We have also extended to study the role of CERT protein in mammalian biology. CERT is an essential gene for mouse development and embryonic survival and, quite strikingly, is critical for mitochondrial integrity. CERT mutant embryos accumulate ceramide in the ER but also mislocalize ceramide to the mitochondria, compromising their function. Cells in mutant embryos show abnormal dilation of the ER and degenerating mitochondria. These subcellular changes manifest as heart defects and cause severely compromised cardiac function and embryonic death around embryonic day 11.5. In spite of ceramide accumulation, CERT mutant mice do not die as a result of enhanced apoptosis. Instead, cell proliferation is impaired, and expression levels of cell cycle-associated proteins are altered. Individual cells survive, perhaps because cell survival mechanisms are activated. Thus, global compromise of ER and mitochondrial integrity caused by ceramide accumulation in CERT mutant mice primarily affects organogenesis rather than causing cell death via apoptotic pathways. Lipid Distribution and Signaling. PL and SL at the plasma membrane play an important role in stimulus-response coupling, cell differentiation, movement, and exo- and endocytosis. They are asymmetrically distributed in biological membranes, and different proteins catalyzing uni- and bi-directional movements of lipids perpetuate asymmetry. Our current efforts focus on scramblase, a protein proposed to be involved in bi-directional transbilayer movement of phospholipids. We have recently completed two genetic screens and obtained Drosophila flies lacking two of the identified scramblase proteins. We have also generated flies lacking both genes (double mutants). Phenotypic analysis of the double mutants indicates that, surprisingly, scramblases do not have a determining role in the scrambling of phospholipids that accompany apoptosis, phagocytosis and fusion. Instead, scramblases play a regulatory role in regulated exocytosis. This has implications for a wide range of cellular processes involving digestive system and endocrine and exocrine secretions with clinical relevance for a wide range of diseases such as diabetes, behavior disorders and even tumor metastasis.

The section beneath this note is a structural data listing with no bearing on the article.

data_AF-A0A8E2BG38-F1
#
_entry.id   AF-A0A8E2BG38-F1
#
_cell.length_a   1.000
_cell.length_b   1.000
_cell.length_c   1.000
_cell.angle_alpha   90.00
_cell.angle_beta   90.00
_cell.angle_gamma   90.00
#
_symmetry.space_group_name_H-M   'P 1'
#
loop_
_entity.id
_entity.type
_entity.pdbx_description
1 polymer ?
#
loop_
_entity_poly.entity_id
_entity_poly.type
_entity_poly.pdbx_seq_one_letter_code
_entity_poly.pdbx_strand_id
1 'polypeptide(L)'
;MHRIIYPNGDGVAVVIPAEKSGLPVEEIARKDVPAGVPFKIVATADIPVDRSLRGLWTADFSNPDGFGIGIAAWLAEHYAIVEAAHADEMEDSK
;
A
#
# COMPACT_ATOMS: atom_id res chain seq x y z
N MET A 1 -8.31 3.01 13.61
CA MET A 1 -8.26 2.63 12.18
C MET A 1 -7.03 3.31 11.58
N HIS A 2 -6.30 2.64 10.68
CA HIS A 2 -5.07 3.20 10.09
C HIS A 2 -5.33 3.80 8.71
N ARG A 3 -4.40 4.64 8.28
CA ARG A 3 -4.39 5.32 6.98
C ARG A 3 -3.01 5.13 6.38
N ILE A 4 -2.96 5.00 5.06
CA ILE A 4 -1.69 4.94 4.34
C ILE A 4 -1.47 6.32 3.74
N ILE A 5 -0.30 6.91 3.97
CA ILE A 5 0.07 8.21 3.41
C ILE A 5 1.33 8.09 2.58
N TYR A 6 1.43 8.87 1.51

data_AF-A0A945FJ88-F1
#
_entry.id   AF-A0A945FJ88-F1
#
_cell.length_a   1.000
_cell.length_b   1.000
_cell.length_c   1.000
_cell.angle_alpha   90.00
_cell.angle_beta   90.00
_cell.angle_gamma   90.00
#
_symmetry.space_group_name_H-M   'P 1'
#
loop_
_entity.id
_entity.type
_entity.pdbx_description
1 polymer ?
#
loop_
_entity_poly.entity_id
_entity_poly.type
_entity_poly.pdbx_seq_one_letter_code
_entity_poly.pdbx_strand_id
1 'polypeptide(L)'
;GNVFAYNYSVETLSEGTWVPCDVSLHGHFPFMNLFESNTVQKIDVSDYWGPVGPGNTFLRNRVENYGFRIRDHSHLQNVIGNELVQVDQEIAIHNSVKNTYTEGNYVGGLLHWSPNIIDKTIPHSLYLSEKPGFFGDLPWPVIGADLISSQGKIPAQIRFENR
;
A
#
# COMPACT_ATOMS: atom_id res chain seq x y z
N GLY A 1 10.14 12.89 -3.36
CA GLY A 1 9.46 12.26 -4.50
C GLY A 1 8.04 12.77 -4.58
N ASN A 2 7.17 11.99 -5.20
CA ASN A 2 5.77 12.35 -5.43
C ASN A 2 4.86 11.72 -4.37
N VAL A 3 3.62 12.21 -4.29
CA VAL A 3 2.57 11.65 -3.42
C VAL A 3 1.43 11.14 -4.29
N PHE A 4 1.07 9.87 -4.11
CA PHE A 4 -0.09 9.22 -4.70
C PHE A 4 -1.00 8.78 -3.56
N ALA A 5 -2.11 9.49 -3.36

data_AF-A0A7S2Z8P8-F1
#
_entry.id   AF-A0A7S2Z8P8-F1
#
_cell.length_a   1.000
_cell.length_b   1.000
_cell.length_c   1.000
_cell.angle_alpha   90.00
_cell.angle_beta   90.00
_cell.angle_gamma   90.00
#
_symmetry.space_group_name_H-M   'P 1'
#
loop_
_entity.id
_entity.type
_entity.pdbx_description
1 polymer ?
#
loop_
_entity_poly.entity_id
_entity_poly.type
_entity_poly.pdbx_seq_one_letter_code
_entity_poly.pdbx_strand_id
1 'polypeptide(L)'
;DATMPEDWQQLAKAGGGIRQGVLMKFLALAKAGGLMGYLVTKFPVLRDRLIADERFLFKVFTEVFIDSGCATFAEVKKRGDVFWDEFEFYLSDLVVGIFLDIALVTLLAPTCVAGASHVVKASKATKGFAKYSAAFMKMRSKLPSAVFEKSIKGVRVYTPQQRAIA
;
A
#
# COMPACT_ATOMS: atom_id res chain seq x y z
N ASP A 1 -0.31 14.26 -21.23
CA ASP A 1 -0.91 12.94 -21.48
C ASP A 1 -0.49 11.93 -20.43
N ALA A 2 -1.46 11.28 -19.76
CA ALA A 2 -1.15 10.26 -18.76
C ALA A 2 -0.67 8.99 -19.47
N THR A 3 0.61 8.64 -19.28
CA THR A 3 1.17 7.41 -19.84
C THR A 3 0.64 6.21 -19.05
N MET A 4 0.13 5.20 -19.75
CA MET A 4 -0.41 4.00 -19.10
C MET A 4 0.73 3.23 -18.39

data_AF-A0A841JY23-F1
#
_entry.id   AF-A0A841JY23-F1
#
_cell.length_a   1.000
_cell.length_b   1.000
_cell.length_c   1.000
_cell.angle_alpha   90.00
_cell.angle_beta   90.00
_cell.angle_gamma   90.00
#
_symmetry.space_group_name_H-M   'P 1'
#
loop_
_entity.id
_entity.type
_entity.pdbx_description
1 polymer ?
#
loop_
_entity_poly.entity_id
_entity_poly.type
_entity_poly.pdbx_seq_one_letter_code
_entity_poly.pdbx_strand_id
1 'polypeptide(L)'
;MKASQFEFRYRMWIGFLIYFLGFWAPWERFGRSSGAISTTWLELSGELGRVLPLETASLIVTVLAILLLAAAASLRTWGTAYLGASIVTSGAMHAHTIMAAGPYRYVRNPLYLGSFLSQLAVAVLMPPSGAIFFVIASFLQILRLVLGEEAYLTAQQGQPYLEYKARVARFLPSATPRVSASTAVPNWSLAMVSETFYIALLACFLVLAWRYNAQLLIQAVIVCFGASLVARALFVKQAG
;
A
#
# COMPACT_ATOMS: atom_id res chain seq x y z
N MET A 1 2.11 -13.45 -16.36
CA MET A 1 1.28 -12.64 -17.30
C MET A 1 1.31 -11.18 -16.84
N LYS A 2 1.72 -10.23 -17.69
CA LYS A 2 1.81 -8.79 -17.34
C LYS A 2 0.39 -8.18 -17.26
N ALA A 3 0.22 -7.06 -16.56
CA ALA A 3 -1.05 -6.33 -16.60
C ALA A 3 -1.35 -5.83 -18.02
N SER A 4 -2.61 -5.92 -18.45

National Institute of Health (NIH)
National Cancer Institute (NCI)
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National Cancer Institute Division of Basic Sciences
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